The Key to Avoiding Burnout

I have a theory that burnout is about resentment. And you beat it by knowing what it is you’re giving up that makes you resentful. I tell people: Find your rhythm. Your rhythm is what matters to you so much that when you miss it you’re resentful of your work… . So find your rhythm, understand what makes you resentful, and protect it. You can’t have everything you want, but you can have the things that really matter to you. And thinking that way empowers you to work really hard for a really long period of time.

Marissa Mayer explains that the key to avoiding burnout.

Work vs Sleep: Getting Stuff Done

Jason Fried, co-founder of 37signals and co-author of Rework, found that when people wanted to get stuff done, their answer was rarely the office but instead someplace where they wouldn’t encounter externally imposed distractions. What’s perhaps most insightful about Fried’s 2010 TEDxMidwest talk is his comparison of work to sleep when thinking about why stretches of uninterrupted time are … Read more

Positivity Drives Productivity

Watch Shawn Achor’s entertaining, thought-provoking TEDxBloomington talk on the power of positive psychology. (Source: https://www.youtube.com/) The author of The Happiness Advantage and CEO of Good Think Inc., a research and consulting firm, points out that the common understanding that happiness as the last thing to happen after success achieved by working hard has the order all wrong. … Read more

The Hottest Productivity Booster

Morning Cup of Tea

We want to know: what are your favorite productivity boosters? Drinking eight glasses of water? Listening to classical music? Turning off the internet? Chair yoga?

What little things help you get more done?

Our interview with Matthew Stibbe veered into tea-related territory, which wasn’t included in our profile. We wanted to share his take on why tea works for his productivity and his greatest tea-related tips: 

Coffee doesn’t work very well for me. I saw a lovely poster in New York. It said, “coffee lets you do stupid things faster,” and that’s exactly what it does for me. I redouble my efforts in the wrong direction.

Tea, on the other hand, is a more reflective drink for my biochemistry. It puts me into a much more grounded place. The act of making a cup of tea is a very good way of giving myself a break between tasks. When I occasionally get to try the Pomodoro Technique, a cup of tea is the perfect thing to do in the gap between two bursts of work.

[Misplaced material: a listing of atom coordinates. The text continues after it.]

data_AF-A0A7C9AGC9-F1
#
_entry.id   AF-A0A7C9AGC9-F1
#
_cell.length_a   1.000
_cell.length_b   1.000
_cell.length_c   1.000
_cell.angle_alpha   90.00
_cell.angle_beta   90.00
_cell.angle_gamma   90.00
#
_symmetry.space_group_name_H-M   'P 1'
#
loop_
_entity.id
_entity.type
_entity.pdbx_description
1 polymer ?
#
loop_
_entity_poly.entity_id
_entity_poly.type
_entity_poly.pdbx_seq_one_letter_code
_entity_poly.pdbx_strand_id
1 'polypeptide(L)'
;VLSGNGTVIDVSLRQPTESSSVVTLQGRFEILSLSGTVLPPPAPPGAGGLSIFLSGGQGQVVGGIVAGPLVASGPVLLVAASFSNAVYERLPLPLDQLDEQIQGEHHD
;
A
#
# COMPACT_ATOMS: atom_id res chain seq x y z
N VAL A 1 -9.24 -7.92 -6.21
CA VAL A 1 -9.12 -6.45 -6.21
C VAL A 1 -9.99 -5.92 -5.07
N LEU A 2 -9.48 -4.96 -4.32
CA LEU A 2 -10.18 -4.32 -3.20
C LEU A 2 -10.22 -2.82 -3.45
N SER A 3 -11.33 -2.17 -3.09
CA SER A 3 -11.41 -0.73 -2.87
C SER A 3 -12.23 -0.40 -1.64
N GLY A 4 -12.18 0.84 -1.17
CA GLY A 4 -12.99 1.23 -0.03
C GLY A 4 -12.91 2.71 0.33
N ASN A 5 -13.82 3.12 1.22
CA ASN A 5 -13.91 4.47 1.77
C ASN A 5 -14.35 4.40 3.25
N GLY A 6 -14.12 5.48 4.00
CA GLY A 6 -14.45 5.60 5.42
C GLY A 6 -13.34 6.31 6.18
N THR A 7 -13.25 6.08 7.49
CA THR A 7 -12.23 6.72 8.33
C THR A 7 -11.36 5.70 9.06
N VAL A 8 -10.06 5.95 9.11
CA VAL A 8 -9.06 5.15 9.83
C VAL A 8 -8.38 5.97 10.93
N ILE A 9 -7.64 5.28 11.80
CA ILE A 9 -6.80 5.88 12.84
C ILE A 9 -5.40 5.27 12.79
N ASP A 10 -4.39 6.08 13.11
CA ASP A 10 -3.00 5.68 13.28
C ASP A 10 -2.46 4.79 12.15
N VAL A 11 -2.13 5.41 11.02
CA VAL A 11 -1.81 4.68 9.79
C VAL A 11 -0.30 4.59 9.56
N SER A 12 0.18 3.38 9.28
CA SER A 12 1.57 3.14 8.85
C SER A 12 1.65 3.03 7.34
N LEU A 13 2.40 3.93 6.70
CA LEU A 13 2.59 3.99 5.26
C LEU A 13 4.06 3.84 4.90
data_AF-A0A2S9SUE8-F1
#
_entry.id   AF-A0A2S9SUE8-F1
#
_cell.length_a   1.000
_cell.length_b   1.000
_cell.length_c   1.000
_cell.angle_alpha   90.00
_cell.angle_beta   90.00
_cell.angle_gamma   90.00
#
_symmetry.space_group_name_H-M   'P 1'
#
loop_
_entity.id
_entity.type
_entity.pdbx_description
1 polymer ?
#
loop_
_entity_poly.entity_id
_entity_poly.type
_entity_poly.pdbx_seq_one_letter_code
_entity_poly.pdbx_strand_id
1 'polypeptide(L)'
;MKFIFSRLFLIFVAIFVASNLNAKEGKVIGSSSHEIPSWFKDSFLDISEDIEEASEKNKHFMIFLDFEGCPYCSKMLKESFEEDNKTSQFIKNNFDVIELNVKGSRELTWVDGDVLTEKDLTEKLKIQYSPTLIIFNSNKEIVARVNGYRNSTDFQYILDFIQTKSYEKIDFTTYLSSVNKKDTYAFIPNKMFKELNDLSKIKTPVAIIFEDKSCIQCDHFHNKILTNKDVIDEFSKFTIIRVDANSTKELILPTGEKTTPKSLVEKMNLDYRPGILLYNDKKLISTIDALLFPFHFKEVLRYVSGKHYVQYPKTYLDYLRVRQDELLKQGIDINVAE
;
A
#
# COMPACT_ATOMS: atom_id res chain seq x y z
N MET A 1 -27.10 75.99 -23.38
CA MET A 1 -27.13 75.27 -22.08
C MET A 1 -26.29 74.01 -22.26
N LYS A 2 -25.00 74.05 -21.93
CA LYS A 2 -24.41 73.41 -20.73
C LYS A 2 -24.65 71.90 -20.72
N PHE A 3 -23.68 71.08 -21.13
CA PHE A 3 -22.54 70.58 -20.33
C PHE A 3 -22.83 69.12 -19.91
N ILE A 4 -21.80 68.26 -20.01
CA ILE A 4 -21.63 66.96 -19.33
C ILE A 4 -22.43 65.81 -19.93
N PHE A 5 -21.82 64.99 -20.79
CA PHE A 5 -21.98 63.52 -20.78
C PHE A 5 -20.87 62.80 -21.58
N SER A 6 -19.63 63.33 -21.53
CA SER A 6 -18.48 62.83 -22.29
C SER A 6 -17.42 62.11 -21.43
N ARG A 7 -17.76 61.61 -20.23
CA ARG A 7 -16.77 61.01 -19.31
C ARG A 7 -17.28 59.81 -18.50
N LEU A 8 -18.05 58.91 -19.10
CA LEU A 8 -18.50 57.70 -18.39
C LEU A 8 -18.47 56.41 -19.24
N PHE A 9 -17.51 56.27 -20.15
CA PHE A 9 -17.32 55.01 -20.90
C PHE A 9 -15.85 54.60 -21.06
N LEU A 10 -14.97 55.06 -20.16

Read more

Matthew Stibbe, Founder of Turbine & CEO of Articulate Marketing

Matthew Stibbe is the CEO of Articulate Marketing, a marketing copywriting agency, and founder of Turbine, an online application that helps businesses take care of administrative issues, to “take the paper out of paperwork.” In what he calls his spare time, he’s learning Dutch and blogging about flying and about writing and productivity. We talked about his faith in to-do lists, the shortcomings of productivity systems, and how we are all becoming robots.

Since you’re in charge of two companies that do different things, how do you divide and maximize your time?

I am a devotee, a worshipper in the temple of lists. I love to-do lists. I’ve had this same list running in various versions of Microsoft software back almost 20 years, and it’s a very strange thought to think that the items on the list have changed, change constantly, but the list is still here. I’ve still got it, and it’s still fundamentally the same electronic thing that I had when I was running my computer games company in the nineties. It’s an interesting philosophical point — one day we will all become lists, some computer memory somewhere.

Read more

Silicon Valley’s Productivity Secret

The wonder of Silicon Valley has been its rich history of producing incredibly capital efficient companies operating at massive scale.  No doubt part of that achievement lies in the capital efficiency of software engineering itself where technology gives incredible leverage to create and disrupt established industries.  Nevertheless, as a company scales, individual engineers need to work together in concert which results in the industry-agnostic problem of people management.

Unique from other industries, Silicon Valley’s natural inclination is not simply to find a solution to people management, it’s to create a scalable management model.  Of course, technology is the natural place to turn.

During Google’s growth stage, Larry Schwimmer, an early software engineer, stumbled upon a solution deceptively simple, but one that persists to this day at Google and has spread throughout the Valley.  In his system called Snippets, employees receive a weekly email asking them to write down what they did last week and what they plan to do in the upcoming week.  Replies get compiled in a public space and distributed automatically the following day by email.

Read more